Belfast Telegraph

UK growth forecast slashed to just 1.2%

By Russell Lynch

The International Monetary Fund has slashed growth forecasts for the UK despite predicting a faster than expected recovery for the global economy.

Its latest quarterly World Economic Outlook lowered UK growth estimates to 1.2% for this year and 2.1% in 2011, down from the 1.3% and 2.5% it predicted in April.

The IMF report prompted attacks from Shadow Chancellor Alistair Darling on the savage clampdown unveiled in June's emergency Budget, which aims to claw back an annual £113bn in spending cuts and tax hikes by 2014/15 to tackle the deficit.

"This downgrade shows the huge risk the new Government is taking by deliberately choosing to take so much money out of the economy," Mr Darling warned.

The IMF's latest report puts UK growth next year below the 2.3% predicted by the Office for Budget Responsibility.

But the body also warns of the danger of cutting too fast. The IMF said: "Growth prospects in advanced economies could suffer if an overly severe or poorly planned fiscal consolidation stifles still-weak domestic demand," it added.

The Washington-based organisation raised its 2010 world growth forecast to 4.5% from 4.1% in April, helped by improved prospects for the US and fast-growing economies such as India and China.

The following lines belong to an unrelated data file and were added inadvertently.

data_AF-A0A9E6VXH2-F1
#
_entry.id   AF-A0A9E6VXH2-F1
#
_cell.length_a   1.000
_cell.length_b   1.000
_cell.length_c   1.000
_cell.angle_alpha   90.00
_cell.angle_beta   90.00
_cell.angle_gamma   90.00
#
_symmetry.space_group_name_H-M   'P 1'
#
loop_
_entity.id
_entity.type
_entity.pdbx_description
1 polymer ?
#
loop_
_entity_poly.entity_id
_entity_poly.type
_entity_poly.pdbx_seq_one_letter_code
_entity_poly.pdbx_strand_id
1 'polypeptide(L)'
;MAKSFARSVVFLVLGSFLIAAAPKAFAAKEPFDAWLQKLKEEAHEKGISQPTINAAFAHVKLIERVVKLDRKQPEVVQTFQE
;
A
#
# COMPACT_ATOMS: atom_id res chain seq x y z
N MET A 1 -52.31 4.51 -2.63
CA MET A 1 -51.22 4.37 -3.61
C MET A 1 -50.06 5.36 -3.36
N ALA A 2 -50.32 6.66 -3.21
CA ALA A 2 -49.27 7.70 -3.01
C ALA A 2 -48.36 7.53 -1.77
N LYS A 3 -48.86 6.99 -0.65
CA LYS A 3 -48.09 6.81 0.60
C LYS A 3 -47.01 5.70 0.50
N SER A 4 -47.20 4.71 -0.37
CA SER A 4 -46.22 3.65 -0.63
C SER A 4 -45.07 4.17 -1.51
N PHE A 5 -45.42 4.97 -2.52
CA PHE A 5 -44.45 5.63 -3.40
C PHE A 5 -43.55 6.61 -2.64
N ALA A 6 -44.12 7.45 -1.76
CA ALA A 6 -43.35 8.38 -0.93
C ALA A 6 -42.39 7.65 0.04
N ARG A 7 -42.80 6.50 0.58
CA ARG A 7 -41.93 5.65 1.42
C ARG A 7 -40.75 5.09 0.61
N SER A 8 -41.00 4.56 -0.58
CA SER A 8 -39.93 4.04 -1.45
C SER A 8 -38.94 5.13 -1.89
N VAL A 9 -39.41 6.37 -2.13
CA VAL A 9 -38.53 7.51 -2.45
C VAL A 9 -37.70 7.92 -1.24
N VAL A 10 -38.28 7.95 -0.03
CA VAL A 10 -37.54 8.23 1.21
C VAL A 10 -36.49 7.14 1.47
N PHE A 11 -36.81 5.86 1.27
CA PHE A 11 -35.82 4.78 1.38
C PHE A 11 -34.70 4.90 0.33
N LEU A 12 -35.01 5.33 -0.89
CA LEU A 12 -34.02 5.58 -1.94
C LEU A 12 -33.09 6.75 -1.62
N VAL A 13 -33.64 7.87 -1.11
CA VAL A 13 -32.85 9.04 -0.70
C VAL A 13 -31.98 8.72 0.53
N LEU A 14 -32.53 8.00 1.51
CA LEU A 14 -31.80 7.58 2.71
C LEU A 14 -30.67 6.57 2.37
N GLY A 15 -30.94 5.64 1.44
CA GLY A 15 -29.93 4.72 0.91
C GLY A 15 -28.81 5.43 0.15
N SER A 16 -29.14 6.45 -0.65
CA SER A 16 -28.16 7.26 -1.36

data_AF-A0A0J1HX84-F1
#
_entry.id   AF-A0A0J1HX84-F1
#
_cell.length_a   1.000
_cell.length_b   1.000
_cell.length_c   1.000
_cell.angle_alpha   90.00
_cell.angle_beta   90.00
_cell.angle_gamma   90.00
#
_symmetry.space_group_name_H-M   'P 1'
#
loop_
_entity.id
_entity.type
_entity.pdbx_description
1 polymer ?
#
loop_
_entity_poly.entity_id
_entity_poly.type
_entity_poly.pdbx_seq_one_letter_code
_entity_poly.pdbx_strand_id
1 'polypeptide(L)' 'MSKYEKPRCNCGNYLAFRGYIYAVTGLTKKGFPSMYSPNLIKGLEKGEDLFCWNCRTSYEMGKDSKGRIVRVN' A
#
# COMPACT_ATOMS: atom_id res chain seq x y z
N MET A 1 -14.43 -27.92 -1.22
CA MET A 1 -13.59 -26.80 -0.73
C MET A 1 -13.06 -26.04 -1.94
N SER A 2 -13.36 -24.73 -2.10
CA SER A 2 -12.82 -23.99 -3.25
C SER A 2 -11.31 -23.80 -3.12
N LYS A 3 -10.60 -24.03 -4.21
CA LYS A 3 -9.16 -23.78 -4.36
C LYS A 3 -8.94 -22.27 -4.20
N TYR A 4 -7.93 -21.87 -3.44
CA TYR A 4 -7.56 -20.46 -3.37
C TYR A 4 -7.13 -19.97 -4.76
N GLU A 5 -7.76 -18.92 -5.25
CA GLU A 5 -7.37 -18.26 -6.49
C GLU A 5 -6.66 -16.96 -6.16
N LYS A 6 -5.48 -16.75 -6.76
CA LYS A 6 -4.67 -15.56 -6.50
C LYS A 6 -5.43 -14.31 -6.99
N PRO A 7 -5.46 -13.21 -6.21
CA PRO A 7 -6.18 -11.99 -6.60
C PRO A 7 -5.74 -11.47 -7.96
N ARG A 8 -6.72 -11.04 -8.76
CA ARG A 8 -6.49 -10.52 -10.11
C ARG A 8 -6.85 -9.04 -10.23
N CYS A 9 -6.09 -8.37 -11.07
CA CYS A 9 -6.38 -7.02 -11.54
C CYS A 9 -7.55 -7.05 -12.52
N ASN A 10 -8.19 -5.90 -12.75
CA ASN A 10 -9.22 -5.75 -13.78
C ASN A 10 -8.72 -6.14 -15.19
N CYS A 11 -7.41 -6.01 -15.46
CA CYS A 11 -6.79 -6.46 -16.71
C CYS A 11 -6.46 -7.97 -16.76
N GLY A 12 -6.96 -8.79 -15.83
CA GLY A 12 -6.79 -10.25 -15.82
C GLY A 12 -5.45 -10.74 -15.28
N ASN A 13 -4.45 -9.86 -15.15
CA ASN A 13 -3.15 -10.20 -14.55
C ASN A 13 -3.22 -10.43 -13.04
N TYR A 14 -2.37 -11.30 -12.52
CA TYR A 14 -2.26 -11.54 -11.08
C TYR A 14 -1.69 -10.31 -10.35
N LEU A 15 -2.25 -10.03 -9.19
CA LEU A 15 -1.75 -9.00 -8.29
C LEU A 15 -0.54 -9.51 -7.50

Asian economies have recovered strongly this year, driven by buoyant exports and stronger domestic demand, the IMF said.

The agency raised its 2010 growth forecast for China to 10.5% from 10% in April, for Japan to 2.4% from 1.9% and for India to 9.4% from 8.8%. The estimate of the region's growth rose to 7.5% from 7%.

But it warned that any slackening in Europe's recovery "would affect Asia through both trade and financial channels".

Risks have "risen sharply" due to Europe's financial turbulence, with leaders needing to act quickly to resolve debt problems and restore confidence in their banks, it said.

Meanwhile, weak data from major economies in recent weeks have diminished confidence in a strong rebound from last year's recession.

Popular